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How to Land a $500 Million Donation: 5 Lessons From the Silicon Valley Community Foundation


While many nonprofits value small donations from givers, the data shows that up to 75 percent of an organization’s revenue comes from major donors, or individuals who give $1 million or more. But acquiring these types of donations can be challenging. It takes considerable time and effort, and many nonprofits still find it difficult to execute correctly.

To get expert insight on this topic, we interviewed Andrew Cope, vice president of development for the Silicon Valley Community Foundation (SVCF). In addition to his 21 years of fundraising experience, his organization received a $500 million donation from Facebook’s Mark Zuckerberg last year. Based on Cope’s advice, here are five top strategies fundraisers can use to land major donations and keep their nonprofit afloat.

Conduct Thorough Research to Uncover Donor Interests

To successfully capture the attention (and funds) of a major donor, nonprofits must first put in the effort to research the prospect’s giving history and involvement and interests in charitable causes. “Research in general is critically important, and unfortunately, it’s not done as well as it should be in many cases,” Cope says.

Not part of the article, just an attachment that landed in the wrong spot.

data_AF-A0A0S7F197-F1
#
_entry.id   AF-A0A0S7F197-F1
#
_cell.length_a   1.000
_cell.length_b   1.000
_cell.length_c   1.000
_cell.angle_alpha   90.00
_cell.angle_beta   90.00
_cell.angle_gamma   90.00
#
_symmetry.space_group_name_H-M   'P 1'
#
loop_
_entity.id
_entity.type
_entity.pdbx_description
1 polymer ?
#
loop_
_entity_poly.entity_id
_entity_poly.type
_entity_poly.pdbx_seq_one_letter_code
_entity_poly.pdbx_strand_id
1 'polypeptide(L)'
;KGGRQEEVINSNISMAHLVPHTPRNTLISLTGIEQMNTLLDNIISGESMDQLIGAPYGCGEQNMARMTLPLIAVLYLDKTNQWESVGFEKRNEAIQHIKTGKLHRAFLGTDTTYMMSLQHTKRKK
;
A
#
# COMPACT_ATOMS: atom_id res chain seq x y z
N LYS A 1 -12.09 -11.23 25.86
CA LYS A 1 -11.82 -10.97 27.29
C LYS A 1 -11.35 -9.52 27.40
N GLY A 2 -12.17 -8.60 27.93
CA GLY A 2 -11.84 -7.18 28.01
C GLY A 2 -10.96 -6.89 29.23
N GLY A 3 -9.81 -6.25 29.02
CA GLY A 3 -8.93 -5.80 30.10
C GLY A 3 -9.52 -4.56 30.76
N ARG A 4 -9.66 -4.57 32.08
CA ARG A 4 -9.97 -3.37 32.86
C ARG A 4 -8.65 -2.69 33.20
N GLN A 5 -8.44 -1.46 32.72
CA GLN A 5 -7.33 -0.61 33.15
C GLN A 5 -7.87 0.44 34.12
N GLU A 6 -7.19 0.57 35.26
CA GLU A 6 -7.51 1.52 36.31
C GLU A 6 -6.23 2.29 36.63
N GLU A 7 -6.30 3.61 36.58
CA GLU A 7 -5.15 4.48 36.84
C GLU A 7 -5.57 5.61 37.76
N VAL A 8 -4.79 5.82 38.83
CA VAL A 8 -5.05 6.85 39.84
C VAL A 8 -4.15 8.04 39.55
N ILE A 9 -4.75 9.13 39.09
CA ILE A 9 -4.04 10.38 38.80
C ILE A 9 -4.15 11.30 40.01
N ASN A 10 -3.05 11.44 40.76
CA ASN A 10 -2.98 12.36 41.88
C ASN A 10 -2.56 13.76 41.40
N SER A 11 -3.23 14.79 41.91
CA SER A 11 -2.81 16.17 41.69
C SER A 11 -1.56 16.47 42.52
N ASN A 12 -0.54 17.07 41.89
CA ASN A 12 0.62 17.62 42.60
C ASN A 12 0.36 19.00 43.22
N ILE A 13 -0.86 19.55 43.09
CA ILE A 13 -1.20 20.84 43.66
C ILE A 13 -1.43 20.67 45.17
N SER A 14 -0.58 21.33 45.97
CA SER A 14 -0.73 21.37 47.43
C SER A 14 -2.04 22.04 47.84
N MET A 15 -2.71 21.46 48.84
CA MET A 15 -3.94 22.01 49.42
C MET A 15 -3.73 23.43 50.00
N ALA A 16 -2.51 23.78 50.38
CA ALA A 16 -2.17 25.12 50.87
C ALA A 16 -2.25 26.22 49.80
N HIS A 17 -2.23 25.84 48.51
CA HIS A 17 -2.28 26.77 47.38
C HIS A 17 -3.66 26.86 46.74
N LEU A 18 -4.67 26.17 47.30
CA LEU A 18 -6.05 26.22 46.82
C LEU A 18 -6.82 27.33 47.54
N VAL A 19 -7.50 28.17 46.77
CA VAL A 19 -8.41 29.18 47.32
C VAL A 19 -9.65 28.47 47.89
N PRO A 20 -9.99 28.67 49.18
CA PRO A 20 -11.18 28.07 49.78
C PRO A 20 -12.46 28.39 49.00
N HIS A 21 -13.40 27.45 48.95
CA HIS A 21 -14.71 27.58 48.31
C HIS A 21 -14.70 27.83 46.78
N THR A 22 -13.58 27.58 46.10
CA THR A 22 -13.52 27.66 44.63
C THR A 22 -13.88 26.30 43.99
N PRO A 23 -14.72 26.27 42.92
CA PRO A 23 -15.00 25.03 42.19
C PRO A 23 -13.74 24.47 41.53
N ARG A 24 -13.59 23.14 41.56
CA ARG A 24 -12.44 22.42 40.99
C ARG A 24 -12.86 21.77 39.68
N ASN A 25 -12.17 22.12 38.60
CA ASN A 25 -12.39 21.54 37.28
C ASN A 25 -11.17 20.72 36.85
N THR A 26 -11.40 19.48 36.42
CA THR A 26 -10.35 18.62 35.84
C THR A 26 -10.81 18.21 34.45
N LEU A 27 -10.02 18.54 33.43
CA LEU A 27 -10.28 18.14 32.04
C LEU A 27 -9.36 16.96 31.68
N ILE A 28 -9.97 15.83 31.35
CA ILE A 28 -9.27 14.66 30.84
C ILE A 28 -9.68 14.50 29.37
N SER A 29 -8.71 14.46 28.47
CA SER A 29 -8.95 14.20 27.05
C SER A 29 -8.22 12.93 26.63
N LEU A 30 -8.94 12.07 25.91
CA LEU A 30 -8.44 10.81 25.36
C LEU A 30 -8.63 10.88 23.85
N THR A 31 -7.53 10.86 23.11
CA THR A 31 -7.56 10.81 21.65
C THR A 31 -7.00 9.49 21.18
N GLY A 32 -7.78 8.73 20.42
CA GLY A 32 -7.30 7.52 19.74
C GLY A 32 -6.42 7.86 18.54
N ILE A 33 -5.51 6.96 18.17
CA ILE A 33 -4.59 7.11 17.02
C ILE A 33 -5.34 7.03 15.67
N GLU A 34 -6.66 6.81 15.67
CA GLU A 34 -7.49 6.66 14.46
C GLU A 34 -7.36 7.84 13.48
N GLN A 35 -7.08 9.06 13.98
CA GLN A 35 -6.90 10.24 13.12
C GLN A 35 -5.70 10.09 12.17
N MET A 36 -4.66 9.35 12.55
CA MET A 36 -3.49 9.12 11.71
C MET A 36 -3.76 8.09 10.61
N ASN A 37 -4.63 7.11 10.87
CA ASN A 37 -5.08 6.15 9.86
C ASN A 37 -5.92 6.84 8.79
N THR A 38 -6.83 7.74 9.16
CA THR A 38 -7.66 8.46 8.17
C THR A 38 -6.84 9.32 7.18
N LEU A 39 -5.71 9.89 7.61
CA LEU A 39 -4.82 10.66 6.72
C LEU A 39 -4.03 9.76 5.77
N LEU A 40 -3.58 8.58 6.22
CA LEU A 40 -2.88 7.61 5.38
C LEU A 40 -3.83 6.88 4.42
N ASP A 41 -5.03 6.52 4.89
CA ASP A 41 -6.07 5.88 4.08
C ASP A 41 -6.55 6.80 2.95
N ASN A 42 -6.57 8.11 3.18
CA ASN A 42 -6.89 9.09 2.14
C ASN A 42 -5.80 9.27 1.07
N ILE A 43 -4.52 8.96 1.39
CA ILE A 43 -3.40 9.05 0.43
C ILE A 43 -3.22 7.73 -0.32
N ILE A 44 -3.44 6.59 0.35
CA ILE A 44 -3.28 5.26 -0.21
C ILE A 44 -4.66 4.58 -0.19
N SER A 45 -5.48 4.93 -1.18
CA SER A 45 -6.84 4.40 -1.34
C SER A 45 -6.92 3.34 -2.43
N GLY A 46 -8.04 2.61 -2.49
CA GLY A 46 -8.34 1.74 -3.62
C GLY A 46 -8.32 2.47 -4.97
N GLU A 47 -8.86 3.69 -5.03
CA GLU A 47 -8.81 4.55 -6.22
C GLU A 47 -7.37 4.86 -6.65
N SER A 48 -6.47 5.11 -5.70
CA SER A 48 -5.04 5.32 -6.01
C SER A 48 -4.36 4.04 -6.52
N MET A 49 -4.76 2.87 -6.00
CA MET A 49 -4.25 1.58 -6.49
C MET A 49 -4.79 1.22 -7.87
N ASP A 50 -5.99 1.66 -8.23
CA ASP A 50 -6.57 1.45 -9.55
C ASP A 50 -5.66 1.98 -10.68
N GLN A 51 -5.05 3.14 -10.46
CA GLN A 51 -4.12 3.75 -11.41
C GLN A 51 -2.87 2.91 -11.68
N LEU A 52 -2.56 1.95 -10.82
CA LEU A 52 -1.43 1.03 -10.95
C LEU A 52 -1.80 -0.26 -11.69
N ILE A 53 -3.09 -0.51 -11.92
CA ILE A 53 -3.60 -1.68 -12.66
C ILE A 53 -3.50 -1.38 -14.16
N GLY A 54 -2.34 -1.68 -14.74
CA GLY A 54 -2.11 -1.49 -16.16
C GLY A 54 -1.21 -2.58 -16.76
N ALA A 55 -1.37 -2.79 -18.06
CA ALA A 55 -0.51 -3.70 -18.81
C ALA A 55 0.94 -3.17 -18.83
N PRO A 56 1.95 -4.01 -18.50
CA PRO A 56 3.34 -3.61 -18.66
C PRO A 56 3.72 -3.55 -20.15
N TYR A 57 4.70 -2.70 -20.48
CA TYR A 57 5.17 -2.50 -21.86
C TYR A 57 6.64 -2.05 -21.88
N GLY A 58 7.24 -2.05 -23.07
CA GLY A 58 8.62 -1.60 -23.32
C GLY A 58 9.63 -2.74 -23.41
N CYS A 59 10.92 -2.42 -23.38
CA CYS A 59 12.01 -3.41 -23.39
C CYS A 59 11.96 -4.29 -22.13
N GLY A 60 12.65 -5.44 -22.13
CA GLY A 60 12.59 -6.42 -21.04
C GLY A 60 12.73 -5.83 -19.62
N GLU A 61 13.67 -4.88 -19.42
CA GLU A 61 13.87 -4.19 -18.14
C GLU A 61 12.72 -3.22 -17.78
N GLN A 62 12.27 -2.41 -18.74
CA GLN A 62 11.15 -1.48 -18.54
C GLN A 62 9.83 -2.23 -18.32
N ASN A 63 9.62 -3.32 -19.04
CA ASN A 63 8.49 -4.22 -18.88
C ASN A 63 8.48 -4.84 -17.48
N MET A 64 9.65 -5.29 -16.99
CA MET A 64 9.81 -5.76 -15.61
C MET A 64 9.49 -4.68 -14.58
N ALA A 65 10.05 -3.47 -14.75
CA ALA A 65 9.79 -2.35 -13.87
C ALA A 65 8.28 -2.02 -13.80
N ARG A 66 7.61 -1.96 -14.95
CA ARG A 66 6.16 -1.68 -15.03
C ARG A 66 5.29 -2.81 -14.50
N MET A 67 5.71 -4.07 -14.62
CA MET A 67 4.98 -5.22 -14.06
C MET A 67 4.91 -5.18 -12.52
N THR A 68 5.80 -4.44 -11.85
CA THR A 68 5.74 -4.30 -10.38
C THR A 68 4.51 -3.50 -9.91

Without this foundation of information in place to help you align your organization’s goals with those of the donor you’re targeting, the entire process could end with a rejection. Fortunately, many free resources exist to help nonprofits learn more about potential donors. There are a few pieces of information Cope recommends specifically looking for.

These include IRS Form 990s, which are forms that federally tax-exempt organizations must submit to the IRS each year. These forms contain information about where nonprofits get their funding from, and, if you know a prospect has given to a cause before, can be used to gauge their typical level of giving.